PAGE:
There are only two weeks remaining in the 2018 Session of the General Assembly. The remaining time will be spent, like the past week, on the budget. On Thursday of this week, the House and Senate passed versions of the budget. The next two weeks will be dominated by reconciling the differences between the two proposals. While there is much common ground between the two budgets, there is about a $621 million gap between the two largely due to the House’s adoption of Medicaid expansion.
The House did not adopt straight up expansion and instead passed a proposal similar to Kentucky’s approach. As I referenced earlier this session, the House included a work requirement. Able-bodied recipients need to be looking for work, in school or a job training program, or working. As discussed before, about 75 percent of the people in the expansion pool either work full-time or live with someone who does. So I don’t think this requirement is overly burdensome or a deal-breaker.
Since Medicaid expansion was included in the Governor’s introduced budget, the exclusion of that policy from the Senate budget required significant cuts in other areas. While many of my priorities with respect to mental health are included in both versions of the budget, the Senate notably scaled back the STEP-Virginia program, took money out of the budget for jail death investigations, and eliminated funding for strategies for the Department of Behavioral Health and Developmental Services to address capacity issues. The Senate budget also eliminated funding for pay increases for teachers, state employees, law enforcement, and made significant cuts to higher education. Principal among those is a halving of the proposed funds for need-based financial aid.
No budget is perfect. Each is a result of a compromise between the parties who are at the table. There is give and take involved, and no one can expect to get everything they want. In the past, I have typically voted for the budget understanding that it is a work in progress and that I may have more influence if I am inside the tent rather than outside. However, this budget deviated significantly from the things I believe are important – primarily in the areas of health care and education – thus I could not vote for the budget. I am hopeful the next two weeks and the conference committee will produce a better result. As I’ve indicated before, this is one move in a chess game. The next move will be made when the conference report is adopted, usually in the final hours of the Session. After that, the Governor has several weeks to offer amendments and line item vetoes in advance of the reconvened session in April. I remain hopeful we can resolve the issues of disagreement by that time.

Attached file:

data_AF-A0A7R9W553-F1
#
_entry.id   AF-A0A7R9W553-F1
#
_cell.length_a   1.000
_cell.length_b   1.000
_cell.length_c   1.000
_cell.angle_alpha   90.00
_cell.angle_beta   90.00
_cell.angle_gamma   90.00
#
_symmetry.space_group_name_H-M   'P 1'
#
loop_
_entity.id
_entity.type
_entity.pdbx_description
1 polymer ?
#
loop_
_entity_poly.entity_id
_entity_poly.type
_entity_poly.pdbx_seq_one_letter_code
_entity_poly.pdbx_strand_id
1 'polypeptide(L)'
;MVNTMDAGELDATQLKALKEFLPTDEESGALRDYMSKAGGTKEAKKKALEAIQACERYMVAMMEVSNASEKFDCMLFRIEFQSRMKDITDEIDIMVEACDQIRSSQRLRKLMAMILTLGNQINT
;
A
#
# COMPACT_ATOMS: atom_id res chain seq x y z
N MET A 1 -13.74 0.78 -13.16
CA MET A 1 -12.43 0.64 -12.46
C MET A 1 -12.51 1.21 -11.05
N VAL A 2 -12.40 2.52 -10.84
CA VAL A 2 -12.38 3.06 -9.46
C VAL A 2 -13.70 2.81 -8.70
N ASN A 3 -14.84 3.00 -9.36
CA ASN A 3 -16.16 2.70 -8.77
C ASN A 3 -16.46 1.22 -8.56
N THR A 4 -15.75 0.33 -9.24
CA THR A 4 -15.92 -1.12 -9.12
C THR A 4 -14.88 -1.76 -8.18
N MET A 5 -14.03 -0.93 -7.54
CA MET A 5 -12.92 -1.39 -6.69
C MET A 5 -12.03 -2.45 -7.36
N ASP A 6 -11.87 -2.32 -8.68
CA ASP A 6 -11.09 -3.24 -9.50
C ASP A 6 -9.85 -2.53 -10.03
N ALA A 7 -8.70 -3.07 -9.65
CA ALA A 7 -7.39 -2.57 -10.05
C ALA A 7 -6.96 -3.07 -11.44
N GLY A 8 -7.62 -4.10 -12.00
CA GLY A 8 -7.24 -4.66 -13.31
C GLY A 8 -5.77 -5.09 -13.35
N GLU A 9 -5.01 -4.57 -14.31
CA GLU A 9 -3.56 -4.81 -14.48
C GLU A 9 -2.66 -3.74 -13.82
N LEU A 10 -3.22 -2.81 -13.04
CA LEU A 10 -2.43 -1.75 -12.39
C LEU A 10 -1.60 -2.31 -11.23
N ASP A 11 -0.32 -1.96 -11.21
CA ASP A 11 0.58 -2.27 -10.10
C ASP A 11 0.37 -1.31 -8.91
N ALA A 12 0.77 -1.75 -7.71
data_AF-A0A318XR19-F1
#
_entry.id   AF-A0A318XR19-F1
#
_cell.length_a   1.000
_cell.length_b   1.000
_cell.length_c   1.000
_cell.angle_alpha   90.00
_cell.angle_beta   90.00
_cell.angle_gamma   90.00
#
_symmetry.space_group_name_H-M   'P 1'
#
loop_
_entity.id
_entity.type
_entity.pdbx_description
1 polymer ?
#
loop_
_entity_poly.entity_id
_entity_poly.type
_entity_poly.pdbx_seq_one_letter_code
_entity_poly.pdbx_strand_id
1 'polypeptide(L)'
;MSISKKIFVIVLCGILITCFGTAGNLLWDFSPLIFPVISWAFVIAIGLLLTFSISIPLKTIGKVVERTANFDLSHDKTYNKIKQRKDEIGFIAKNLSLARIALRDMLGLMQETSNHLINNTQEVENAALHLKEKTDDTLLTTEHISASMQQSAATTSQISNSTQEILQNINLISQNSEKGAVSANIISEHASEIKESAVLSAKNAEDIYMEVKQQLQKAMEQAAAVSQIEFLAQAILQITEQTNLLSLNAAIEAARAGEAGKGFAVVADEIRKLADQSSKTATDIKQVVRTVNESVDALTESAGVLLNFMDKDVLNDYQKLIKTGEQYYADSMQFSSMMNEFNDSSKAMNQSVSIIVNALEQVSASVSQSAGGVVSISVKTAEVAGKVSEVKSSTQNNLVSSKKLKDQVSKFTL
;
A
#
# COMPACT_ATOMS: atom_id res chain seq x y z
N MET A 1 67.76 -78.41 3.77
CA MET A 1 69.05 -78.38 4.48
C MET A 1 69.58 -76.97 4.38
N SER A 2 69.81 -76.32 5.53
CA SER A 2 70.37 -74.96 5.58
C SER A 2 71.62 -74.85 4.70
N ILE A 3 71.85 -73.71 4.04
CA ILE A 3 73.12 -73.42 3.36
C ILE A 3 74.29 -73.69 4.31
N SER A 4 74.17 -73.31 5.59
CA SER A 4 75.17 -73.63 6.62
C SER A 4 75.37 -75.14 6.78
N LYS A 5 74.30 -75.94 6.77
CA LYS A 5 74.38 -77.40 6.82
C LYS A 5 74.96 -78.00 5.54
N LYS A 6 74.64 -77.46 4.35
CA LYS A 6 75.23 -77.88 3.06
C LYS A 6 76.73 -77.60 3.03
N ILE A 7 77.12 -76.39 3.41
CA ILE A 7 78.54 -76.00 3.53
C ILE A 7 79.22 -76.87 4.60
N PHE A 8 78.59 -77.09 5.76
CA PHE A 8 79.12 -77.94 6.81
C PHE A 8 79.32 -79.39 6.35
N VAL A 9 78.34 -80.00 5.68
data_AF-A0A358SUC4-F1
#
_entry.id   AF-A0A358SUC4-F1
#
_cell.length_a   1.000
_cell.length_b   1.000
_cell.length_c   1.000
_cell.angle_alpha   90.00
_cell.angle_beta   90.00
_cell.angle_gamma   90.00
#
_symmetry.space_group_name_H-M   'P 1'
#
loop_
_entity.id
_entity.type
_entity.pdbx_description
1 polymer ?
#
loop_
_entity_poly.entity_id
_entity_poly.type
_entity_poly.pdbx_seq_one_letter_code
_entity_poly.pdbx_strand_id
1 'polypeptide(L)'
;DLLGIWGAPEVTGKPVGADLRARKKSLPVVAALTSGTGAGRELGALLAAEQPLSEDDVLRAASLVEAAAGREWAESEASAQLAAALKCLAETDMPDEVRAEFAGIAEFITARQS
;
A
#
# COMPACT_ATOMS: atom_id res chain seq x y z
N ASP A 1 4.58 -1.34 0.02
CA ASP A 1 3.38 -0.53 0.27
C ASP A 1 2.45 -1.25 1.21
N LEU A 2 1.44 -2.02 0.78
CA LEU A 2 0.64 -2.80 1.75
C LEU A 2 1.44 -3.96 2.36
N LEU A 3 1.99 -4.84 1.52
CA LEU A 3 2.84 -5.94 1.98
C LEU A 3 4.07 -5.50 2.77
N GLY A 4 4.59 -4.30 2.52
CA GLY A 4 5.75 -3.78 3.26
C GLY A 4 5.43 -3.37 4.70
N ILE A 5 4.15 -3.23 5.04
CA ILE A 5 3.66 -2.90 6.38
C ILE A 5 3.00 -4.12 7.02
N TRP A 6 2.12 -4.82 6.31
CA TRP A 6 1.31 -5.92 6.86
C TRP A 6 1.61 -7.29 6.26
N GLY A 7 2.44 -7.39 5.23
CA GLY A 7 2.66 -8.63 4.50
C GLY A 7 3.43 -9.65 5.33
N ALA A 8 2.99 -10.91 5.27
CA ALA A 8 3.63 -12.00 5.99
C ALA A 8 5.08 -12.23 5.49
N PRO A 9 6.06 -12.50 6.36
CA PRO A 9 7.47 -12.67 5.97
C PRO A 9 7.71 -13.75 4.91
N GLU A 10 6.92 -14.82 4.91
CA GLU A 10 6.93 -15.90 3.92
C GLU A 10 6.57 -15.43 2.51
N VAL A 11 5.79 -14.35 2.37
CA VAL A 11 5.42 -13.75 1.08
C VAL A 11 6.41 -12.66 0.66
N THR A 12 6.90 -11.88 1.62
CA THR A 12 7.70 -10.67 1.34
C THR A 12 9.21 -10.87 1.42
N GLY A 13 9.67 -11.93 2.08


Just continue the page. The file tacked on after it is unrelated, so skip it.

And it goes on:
Notable for many of my constituents, we were not able to secure funding for the state park in Highland County. That remains a goal and something we will have to continue to work on. Additional judgeships will be funded, but neither the House nor the Senate has agreed on how many judgeships to fund or where those judgeships will be. The Senate budget funded many of my mental health priorities, including discharge planning, telemental health, and training for rural law enforcement.
One issue that dominated my week relates to hospital capacity. Last year we learned that when state mental health hospitals are over 85 percent capacity, patient health and the safety of both patients and staff are at risk. State hospitals were at 92 or 93 percent last fall. The Department adopted strategies that involved using assisted living facilities to house patients. Expanding on those strategies were among some of the items cut in the Senate budget. This week the hospitals reached 97 percent capacity as of Tuesday. Both Eastern State Hospital and Catawba were at 100 percent, and some other facilities only had one or two available beds. Scurrying between meetings with the Governor, members of his staff, and various hospital organizations, I worked to try and find a safety valve. While we are developing long-term and short-term solutions, the Senate budget action was particularly disappointing.
The following bills of local interest will see final action in the next week. Legislation to allow:
- the Highland County Board of Supervisors to assess an emergency services fee,
- Bath County to levy an additional five percent transient occupancy tax at the Homestead, and
- all localities to appoint members of the governing body to sit on the visitor bureaus.
Three of the bills I introduced passed the House this week and will now go to the Governor for his consideration. Those bills are:
- Senate Bill 679 that allows Albemarle County to regulate parking on secondary highways,
- Senate Bill 682 that ensures afterschool programs are not captured under day care facilities regulations, and
- Senate Bill 887 to allow minors to engage in some non-hazardous programs with our local fire departments. You can review all of the legislation I introduced here.
It continues to be my honor to serve you in the Senate of Virginia. Thank you for giving me that opportunity. If we may be of service during these final two weeks of session, please let us know by calling us at (804) 698-7525 or by email at email@example.com.